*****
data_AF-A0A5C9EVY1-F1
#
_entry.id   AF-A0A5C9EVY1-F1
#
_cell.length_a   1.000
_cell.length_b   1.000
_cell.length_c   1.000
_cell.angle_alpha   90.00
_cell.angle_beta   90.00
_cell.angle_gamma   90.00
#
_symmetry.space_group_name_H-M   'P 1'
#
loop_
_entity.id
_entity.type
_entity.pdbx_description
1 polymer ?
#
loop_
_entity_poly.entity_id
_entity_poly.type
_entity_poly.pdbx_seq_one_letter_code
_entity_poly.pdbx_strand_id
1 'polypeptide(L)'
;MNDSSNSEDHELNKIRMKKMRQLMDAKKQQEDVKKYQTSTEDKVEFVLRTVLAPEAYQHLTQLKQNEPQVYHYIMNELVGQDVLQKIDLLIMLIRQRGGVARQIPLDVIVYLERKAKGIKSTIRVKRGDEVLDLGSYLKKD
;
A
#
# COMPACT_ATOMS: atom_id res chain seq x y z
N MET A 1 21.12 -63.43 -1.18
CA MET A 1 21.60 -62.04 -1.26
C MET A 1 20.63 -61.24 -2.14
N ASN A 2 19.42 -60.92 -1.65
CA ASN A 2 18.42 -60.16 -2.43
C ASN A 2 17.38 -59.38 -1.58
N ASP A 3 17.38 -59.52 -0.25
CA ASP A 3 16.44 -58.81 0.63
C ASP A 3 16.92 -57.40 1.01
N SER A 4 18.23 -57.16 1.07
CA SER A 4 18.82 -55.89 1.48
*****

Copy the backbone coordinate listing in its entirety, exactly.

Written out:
data_AF-A0A5C9EVY1-F1
#
_entry.id   AF-A0A5C9EVY1-F1
#
_cell.length_a   1.000
_cell.length_b   1.000
_cell.length_c   1.000
_cell.angle_alpha   90.00
_cell.angle_beta   90.00
_cell.angle_gamma   90.00
#
_symmetry.space_group_name_H-M   'P 1'
#
loop_
_entity.id
_entity.type
_entity.pdbx_description
1 polymer ?
#
loop_
_entity_poly.entity_id
_entity_poly.type
_entity_poly.pdbx_seq_one_letter_code
_entity_poly.pdbx_strand_id
1 'polypeptide(L)'
;MNDSSNSEDHELNKIRMKKMRQLMDAKKQQEDVKKYQTSTEDKVEFVLRTVLAPEAYQHLTQLKQNEPQVYHYIMNELVGQDVLQKIDLLIMLIRQRGGVARQIPLDVIVYLERKAKGIKSTIRVKRGDEVLDLGSYLKKD
;
A
#
# COMPACT_ATOMS: atom_id res chain seq x y z
N MET A 1 21.12 -63.43 -1.18
CA MET A 1 21.60 -62.04 -1.26
C MET A 1 20.63 -61.24 -2.14
N ASN A 2 19.42 -60.92 -1.65
CA ASN A 2 18.42 -60.16 -2.43
C ASN A 2 17.38 -59.38 -1.58
N ASP A 3 17.38 -59.52 -0.25
CA ASP A 3 16.44 -58.81 0.63
C ASP A 3 16.92 -57.40 1.01
N SER A 4 18.23 -57.16 1.07
CA SER A 4 18.82 -55.89 1.48